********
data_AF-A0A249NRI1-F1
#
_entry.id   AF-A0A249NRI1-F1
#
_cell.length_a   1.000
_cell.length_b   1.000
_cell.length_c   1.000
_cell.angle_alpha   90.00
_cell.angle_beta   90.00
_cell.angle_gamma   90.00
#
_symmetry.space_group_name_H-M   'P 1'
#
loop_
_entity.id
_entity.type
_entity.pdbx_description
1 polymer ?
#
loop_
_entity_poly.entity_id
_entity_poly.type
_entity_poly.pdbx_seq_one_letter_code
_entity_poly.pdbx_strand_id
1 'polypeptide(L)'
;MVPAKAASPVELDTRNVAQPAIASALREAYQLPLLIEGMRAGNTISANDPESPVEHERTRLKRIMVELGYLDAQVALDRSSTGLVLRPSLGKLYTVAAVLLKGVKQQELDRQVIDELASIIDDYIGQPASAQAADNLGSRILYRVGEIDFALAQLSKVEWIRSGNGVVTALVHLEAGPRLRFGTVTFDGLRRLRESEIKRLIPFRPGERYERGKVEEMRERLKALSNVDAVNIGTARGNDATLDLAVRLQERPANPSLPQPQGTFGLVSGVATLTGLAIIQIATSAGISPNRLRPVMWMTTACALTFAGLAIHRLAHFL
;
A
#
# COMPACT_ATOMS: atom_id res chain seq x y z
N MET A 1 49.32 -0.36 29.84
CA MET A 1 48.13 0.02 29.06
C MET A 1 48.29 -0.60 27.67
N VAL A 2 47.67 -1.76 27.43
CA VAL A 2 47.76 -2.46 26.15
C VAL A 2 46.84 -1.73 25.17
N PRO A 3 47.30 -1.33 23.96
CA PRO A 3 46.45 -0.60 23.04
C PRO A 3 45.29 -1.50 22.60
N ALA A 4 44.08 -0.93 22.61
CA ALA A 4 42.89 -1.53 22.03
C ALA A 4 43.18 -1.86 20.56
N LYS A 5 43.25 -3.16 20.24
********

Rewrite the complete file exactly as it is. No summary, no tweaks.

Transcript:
data_AF-A0A249NRI1-F1
#
_entry.id   AF-A0A249NRI1-F1
#
_cell.length_a   1.000
_cell.length_b   1.000
_cell.length_c   1.000
_cell.angle_alpha   90.00
_cell.angle_beta   90.00
_cell.angle_gamma   90.00
#
_symmetry.space_group_name_H-M   'P 1'
#
loop_
_entity.id
_entity.type
_entity.pdbx_description
1 polymer ?
#
loop_
_entity_poly.entity_id
_entity_poly.type
_entity_poly.pdbx_seq_one_letter_code
_entity_poly.pdbx_strand_id
1 'polypeptide(L)'
;MVPAKAASPVELDTRNVAQPAIASALREAYQLPLLIEGMRAGNTISANDPESPVEHERTRLKRIMVELGYLDAQVALDRSSTGLVLRPSLGKLYTVAAVLLKGVKQQELDRQVIDELASIIDDYIGQPASAQAADNLGSRILYRVGEIDFALAQLSKVEWIRSGNGVVTALVHLEAGPRLRFGTVTFDGLRRLRESEIKRLIPFRPGERYERGKVEEMRERLKALSNVDAVNIGTARGNDATLDLAVRLQERPANPSLPQPQGTFGLVSGVATLTGLAIIQIATSAGISPNRLRPVMWMTTACALTFAGLAIHRLAHFL
;
A
#
# COMPACT_ATOMS: atom_id res chain seq x y z
N MET A 1 49.32 -0.36 29.84
CA MET A 1 48.13 0.02 29.06
C MET A 1 48.29 -0.60 27.67
N VAL A 2 47.67 -1.76 27.43
CA VAL A 2 47.76 -2.46 26.15
C VAL A 2 46.84 -1.73 25.17
N PRO A 3 47.30 -1.33 23.96
CA PRO A 3 46.45 -0.60 23.04
C PRO A 3 45.29 -1.50 22.60
N ALA A 4 44.08 -0.93 22.61
CA ALA A 4 42.89 -1.53 22.03
C ALA A 4 43.18 -1.86 20.56
N LYS A 5 43.25 -3.16 20.24